pesticides, pesticide alternative

Something very exciting was revealed in a recent edition of SustainableBrands.com. A Canadian firm is working on a new technique that will use bumblebees to protect bees naturally. The firm, Bee Vectoring Technology, has created an all-natural alternative to crop dusting with pesticides and harmful chemicals.

The process is fairly simple. A tray is placed inside the hive before the exit. The tray itself is coated with a powder containing a light adherence agent and a naturally occurring fungus. The adherence agent keeps the fungus on the bees while they travel to the plants. When the bee lands on the plant, the fungus is transferred to the plant and eventually absorbed by it.

Pesticides a Thing of the Past

If all continues to go well, this could make pesticides a thing of the past. However, we all know the influence these companies have as well as the money they spend lobbying. They will not give up without a fight, but this would appear to be a legitimate alternative to using pesticides en masse. Even if is not viable for all plants, they may be able to significantly decrease the use of these bee killers in certain areas and for specific crops.

Positive Signs

The testing done so far by the company has been extremely promising. They are estimated crop increases by some 30 percent. One of the more successful tests was completed treating low bush blueberries. This crop yielded a 77 percent increase over crops not treated by the bumblebees. The treated plants showed a 50 percent increase on berries per stem as well as reducing Monilinia blight by 21 percent.

Blueberry Research Program Director at Dalhousie University, Dr. David Percival, who also teaches at the school, stated, “I was really surprised by the first results. I went back and double checked the raw yield data, then the spreadsheet to make sure the statistical program was correct. The results indicate the potential for floral blight disease control and increased berry yields with the use of BVT technology. Future work will allow us to fine tune the use recommendations.”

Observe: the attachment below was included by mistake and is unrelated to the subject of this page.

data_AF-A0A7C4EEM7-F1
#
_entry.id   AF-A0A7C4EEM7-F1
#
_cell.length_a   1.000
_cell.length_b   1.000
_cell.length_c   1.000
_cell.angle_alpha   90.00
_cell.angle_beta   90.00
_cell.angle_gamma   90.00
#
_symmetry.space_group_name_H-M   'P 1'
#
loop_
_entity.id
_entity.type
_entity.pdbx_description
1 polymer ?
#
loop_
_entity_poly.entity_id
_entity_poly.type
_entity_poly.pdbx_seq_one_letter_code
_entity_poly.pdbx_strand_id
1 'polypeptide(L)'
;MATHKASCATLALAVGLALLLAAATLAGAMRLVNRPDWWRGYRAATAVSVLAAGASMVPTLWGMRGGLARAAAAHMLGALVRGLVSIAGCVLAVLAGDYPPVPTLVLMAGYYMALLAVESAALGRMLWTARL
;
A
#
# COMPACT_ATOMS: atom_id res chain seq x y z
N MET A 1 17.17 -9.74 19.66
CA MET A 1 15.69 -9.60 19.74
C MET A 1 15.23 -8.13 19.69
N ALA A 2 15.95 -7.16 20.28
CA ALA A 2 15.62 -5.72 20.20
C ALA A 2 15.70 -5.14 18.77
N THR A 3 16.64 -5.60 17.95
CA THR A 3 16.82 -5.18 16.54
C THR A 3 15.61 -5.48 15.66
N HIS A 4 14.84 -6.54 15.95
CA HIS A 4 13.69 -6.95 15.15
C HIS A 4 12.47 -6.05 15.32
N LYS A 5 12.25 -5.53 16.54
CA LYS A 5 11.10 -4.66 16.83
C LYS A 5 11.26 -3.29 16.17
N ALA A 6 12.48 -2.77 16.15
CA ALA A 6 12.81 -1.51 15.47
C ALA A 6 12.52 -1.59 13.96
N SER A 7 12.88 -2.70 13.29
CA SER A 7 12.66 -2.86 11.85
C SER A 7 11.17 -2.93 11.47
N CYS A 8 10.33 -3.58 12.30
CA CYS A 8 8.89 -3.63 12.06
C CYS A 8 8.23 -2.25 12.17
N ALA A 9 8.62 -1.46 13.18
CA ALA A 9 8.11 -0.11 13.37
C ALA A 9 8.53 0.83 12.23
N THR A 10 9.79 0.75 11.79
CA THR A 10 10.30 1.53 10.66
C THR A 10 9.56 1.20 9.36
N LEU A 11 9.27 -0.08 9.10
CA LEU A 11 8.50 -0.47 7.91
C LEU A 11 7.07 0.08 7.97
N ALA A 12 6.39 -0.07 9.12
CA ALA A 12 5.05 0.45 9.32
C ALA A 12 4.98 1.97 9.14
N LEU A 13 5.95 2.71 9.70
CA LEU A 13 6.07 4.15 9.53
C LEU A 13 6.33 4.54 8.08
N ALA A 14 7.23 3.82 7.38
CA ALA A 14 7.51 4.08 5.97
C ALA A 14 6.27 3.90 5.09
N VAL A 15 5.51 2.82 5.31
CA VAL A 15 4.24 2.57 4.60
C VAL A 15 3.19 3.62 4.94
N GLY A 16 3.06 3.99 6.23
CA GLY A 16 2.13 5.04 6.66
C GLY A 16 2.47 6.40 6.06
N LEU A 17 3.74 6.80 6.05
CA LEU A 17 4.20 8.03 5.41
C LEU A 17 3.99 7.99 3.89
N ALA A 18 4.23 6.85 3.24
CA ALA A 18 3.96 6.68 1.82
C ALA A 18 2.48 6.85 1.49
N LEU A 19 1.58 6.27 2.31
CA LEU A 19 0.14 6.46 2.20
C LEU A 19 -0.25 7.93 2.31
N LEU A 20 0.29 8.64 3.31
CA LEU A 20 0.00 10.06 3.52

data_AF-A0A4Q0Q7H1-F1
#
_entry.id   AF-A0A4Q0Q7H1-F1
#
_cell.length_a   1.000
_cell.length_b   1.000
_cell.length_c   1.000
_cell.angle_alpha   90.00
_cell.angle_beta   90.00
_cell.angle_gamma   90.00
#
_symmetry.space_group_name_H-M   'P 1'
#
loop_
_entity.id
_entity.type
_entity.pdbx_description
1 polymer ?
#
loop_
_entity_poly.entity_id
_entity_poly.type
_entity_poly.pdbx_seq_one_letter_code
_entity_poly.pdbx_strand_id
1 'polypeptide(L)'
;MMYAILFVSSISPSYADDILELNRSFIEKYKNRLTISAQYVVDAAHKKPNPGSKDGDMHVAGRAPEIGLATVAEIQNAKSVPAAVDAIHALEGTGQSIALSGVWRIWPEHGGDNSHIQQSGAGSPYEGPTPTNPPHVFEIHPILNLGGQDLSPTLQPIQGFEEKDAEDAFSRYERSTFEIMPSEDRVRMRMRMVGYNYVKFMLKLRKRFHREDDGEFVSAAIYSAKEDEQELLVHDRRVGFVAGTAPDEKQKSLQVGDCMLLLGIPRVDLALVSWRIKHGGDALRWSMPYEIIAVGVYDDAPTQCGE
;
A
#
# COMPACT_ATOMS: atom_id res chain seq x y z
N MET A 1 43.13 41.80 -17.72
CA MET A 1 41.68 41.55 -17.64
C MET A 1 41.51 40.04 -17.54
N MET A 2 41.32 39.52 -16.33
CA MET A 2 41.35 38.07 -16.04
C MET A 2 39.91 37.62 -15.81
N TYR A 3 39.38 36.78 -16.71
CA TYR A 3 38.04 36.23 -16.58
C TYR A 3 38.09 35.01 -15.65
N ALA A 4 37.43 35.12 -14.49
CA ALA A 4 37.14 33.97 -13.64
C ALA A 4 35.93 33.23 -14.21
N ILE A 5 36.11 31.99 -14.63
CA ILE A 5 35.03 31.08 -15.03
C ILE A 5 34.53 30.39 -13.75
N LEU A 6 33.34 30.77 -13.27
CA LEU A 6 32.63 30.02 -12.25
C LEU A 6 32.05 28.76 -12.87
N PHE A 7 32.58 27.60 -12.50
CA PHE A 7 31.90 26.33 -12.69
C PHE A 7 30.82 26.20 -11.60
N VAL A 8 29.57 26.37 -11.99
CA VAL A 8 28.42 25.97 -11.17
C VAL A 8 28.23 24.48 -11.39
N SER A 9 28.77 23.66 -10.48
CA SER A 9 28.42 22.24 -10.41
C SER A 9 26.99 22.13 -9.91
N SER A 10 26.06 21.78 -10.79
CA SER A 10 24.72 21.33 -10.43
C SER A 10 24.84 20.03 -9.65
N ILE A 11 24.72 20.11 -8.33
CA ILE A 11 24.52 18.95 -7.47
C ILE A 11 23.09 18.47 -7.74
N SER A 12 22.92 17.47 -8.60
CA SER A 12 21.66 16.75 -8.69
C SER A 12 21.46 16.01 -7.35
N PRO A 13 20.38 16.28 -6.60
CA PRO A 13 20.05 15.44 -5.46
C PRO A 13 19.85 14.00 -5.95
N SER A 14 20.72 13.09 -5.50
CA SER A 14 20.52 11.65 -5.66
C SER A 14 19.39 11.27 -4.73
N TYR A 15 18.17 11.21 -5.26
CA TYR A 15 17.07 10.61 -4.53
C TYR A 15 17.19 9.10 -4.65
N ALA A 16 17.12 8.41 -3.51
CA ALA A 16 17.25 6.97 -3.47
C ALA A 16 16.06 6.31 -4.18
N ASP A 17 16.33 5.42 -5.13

With the blueberry industry in North America pulling in over $1 billion, farmers and bee lovers alike are gong to be excited by this news. While there is still a lot of work to be done, it does appear as though BVT is headed down the right path. Now the trick will be to make the process as affordable as pesticides, so the agricultural world can get behind its development.

In addition to pollinating our plants, those bees can make some pretty tasty honey, and we happen to sell some of the best that money can buy! Our Manuka honey is imported from New Zealand and has thick texture with a caramel-like flavor. If you would like to get your order started, click here. And remember, we offer FREE shipping on all orders of $150 or more.

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